Trademark rights are established by either:
- actually using the trademark in commerce or
- filing a proper application to register a trademark with the U.S. Patent and Trademark Office (USPTO) and using the trademark in commerce within a prescribed amount of time
Registering with the USPTO is not necessary to establish trademark rights. However, registering your trademark can help secure benefits, such as an official notice of your claim to the mark, evidence of ownership, the ability to sue infringers in federal court, a basis for obtaining registration in foreign countries and preventing the importation of infringing foreign goods.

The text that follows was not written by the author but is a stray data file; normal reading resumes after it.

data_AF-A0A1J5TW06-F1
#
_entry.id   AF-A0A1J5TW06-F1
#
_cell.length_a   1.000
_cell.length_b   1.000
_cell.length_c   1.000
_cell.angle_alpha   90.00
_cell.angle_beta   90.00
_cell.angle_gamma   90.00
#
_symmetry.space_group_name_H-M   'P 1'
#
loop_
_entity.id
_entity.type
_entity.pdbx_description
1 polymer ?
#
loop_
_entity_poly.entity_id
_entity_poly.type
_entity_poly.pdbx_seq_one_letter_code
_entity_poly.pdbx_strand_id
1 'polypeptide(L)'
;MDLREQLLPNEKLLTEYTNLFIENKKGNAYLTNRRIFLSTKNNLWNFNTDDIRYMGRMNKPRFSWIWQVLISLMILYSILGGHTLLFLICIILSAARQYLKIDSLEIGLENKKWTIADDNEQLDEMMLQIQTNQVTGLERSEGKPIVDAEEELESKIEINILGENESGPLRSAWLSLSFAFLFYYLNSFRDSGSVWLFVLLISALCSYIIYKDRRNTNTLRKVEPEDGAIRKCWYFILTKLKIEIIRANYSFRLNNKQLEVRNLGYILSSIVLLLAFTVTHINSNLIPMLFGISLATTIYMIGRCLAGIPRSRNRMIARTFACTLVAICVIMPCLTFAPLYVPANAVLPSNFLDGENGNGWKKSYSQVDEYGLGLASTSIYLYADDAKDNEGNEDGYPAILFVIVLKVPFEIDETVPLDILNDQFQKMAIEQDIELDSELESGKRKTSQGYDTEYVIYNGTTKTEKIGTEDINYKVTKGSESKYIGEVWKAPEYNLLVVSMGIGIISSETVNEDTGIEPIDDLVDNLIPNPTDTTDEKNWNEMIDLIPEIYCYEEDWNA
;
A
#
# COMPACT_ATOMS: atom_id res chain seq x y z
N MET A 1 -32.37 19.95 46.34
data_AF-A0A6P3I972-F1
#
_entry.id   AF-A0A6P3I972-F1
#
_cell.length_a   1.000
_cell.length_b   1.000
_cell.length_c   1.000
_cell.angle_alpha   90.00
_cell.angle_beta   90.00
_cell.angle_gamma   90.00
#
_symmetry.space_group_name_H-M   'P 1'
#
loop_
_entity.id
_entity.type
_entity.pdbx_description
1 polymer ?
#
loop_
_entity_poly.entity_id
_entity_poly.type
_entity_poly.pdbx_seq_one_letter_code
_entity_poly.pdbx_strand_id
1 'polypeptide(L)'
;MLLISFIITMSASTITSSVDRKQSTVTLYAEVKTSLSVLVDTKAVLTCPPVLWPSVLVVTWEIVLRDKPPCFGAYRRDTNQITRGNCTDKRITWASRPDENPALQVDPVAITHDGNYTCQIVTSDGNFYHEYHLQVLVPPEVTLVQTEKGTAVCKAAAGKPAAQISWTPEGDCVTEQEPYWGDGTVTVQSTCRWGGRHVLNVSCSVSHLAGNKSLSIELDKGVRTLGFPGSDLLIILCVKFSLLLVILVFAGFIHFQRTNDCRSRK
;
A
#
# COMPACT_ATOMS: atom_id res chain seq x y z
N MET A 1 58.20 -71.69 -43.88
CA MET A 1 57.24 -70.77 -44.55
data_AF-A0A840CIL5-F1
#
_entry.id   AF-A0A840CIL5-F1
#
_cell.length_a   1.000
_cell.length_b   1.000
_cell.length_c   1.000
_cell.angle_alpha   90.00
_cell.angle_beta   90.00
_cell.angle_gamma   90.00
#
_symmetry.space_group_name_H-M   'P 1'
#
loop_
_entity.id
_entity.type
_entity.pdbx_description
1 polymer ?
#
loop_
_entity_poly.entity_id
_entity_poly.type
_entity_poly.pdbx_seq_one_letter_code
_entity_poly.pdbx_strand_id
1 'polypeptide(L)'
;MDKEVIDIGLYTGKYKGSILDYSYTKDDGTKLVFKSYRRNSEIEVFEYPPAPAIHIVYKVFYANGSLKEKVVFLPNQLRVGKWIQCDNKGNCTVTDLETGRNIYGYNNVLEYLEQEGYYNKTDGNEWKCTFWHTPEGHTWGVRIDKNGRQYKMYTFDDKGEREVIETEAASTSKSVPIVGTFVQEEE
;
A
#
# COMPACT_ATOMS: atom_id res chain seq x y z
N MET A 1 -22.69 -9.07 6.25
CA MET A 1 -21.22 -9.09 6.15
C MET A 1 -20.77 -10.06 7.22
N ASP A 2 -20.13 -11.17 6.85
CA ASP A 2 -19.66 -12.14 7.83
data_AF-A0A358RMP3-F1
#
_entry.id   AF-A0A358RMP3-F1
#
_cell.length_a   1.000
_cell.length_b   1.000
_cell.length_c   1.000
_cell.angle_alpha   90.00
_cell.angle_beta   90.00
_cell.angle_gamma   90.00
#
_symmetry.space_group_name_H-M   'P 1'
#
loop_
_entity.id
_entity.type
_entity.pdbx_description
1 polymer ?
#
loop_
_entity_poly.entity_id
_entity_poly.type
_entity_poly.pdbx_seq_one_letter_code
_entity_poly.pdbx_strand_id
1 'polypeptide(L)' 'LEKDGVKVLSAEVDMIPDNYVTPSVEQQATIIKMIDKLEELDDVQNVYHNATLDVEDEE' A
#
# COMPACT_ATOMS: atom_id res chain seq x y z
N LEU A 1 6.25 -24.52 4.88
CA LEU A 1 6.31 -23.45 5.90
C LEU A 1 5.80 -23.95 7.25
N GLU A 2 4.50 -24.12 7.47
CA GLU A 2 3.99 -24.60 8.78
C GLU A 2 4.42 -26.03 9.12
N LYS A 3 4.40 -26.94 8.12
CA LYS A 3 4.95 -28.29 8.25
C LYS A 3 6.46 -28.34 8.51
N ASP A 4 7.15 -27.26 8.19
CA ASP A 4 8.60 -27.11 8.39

There are two types of rights in a trademark: (1) the right to register and (2) the right to use. Generally, the first party who uses a trademark in commerce has the ultimate right to register. The right of use can be more difficult to determine. This is especially true when two parties begin using a similar trademark without knowledge of each other and without registering the trademark. In this case, only a court can decide who has the right of use. Federal registration does provide a significant advantage in court proceedings over usage rights.